What Goes Up, Should Come Down

Iraqi firefighters put out a burning car after two bomb blasts in Kirkuk, 180 miles north of Baghdad, Iraq, Saturday, Feb. 17, 2007. AP

There are plenty of obvious reasons why flying has become more aggravating. But how about one that no traveler can see, and few even know about?

You won't see it on any ticket, but for the last two years nearly all major carriers have added a fuel surcharge of up to $40 per round-trip. It was put in place to offset rising fuel costs when oil began its climb to more than $30 a barrel. The surcharge is still there, even though oil is now less than $20 a barrel, reports CBS News Correspondent Jim Axelrod.

"What the airlines can't afford right now is perception problems. And this is perceived as the airlines are not being honest or straight with the people," said Terry Trippler, an airline consumer advocate.

Several major hotel chains eliminated similar energy charges. But the airlines, facing staggering financial pressures, have kept theirs in place.

One woman was asked if she thinks it's a problem if the airlines get another $40 a ticket to cover their operating costs.

"As long as they're honest about it. I don't want the airlines to go out of business, I don't think anyone does, but I would rather they do it in an honest way," she said.

What do the airlines say? None of the major carriers CBS News contacted would talk on camera. But according to an airline trade group, while the price of oil has come down, the fuel surcharge wasn't just for fuel after all — because the extra money helps pay for other growing costs: like labor.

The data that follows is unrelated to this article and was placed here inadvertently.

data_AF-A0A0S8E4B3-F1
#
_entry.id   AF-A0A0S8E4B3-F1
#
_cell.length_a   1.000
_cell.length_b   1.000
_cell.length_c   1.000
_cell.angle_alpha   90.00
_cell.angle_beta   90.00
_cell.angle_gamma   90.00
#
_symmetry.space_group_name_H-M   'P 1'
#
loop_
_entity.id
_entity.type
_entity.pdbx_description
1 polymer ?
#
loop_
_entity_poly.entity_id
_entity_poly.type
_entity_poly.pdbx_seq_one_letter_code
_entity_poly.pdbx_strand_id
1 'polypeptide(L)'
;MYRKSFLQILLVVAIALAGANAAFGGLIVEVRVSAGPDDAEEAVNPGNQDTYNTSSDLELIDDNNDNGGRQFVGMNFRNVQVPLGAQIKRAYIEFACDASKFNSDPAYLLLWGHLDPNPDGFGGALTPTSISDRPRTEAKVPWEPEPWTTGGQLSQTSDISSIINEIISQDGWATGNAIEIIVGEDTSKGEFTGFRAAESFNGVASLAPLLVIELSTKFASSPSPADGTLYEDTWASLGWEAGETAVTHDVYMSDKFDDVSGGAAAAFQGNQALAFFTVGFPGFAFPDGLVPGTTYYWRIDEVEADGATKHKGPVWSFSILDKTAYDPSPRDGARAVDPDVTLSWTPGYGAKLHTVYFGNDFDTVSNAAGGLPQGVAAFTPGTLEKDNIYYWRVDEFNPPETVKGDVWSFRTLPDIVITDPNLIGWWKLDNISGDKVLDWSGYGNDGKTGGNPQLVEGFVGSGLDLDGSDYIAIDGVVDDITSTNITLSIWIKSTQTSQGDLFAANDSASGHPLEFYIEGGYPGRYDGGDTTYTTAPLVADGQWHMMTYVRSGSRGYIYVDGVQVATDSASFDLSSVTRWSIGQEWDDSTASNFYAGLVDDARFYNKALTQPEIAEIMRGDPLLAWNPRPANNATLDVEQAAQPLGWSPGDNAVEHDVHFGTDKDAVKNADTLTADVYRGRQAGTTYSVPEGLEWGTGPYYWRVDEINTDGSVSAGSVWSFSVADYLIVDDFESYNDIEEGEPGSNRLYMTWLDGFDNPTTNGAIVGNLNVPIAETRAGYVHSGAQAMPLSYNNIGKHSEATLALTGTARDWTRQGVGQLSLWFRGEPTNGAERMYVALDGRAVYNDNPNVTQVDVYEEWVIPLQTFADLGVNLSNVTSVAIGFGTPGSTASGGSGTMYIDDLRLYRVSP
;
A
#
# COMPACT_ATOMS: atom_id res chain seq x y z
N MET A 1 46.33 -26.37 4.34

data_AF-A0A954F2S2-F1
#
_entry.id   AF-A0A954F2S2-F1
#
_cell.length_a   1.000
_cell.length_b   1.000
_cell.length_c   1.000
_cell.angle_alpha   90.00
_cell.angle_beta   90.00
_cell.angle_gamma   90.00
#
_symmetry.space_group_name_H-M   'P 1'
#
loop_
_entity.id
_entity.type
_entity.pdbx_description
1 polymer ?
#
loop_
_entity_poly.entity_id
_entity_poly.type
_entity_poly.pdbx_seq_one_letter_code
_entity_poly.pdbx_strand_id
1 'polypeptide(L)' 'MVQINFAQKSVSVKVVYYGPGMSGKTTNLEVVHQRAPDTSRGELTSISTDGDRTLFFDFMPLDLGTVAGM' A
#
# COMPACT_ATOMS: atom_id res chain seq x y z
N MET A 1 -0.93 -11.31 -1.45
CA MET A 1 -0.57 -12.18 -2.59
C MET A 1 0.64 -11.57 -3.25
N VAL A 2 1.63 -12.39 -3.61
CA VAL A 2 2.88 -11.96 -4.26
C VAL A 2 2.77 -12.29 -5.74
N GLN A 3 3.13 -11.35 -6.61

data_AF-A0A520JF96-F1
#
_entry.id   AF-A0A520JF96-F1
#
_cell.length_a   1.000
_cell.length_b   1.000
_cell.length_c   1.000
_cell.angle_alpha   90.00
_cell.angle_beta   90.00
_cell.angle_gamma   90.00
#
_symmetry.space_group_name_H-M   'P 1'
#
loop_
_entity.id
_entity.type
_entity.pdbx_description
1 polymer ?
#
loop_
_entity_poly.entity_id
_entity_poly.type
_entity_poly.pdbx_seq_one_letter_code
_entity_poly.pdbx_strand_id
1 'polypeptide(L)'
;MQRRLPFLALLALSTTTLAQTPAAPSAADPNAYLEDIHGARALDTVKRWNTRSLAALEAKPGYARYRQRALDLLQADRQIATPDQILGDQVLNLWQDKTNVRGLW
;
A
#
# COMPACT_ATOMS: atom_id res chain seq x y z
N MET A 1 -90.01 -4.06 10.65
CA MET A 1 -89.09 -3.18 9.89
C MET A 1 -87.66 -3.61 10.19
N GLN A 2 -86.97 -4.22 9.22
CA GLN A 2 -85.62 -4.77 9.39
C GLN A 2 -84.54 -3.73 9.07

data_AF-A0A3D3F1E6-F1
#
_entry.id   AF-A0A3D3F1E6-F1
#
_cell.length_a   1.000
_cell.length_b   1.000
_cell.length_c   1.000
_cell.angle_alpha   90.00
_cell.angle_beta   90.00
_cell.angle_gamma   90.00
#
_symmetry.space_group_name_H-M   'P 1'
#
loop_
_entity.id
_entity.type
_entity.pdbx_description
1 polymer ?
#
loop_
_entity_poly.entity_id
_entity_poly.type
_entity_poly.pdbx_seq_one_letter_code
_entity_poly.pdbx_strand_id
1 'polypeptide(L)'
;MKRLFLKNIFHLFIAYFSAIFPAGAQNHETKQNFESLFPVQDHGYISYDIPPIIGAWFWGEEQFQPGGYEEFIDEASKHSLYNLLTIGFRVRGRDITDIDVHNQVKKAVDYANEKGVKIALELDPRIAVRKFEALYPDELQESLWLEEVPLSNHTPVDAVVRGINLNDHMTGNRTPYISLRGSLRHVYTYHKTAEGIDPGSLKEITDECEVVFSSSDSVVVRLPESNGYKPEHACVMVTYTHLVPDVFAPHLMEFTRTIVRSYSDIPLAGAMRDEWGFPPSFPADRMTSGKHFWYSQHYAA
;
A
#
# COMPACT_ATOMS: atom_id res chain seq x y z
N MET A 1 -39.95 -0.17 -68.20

"Yes, fuel is a fixed price. So is the cost of labor and everything else. I mean, are the airlines going to have a food "uncharge" because they started to take away all the meals? I doubt it," explained Trippler.

"They seem to be saying 'We put in this surcharge, now we'll keep passing it through and people won't notice it'," said Jenna Kern-Rugile, a consumer.

She isn't talking about airline tickets, she's upset about a $5 fuel surcharge on her electric bill. Many power plants run on oil and her company, Long Island Power, like others, says its customers are paying now for last year's higher fuel costs.

"Our surcharge kind of lags the prices so that we're not raising and lowering people's bill every single month," explained Long Island Power Chairman Richard Kessel.

Jenna's power company will review the surcharge policy in February. But for people who'd like something similar from the airlines right now, no such luck.



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  • CBSNews.com staff CBSNews.com staff

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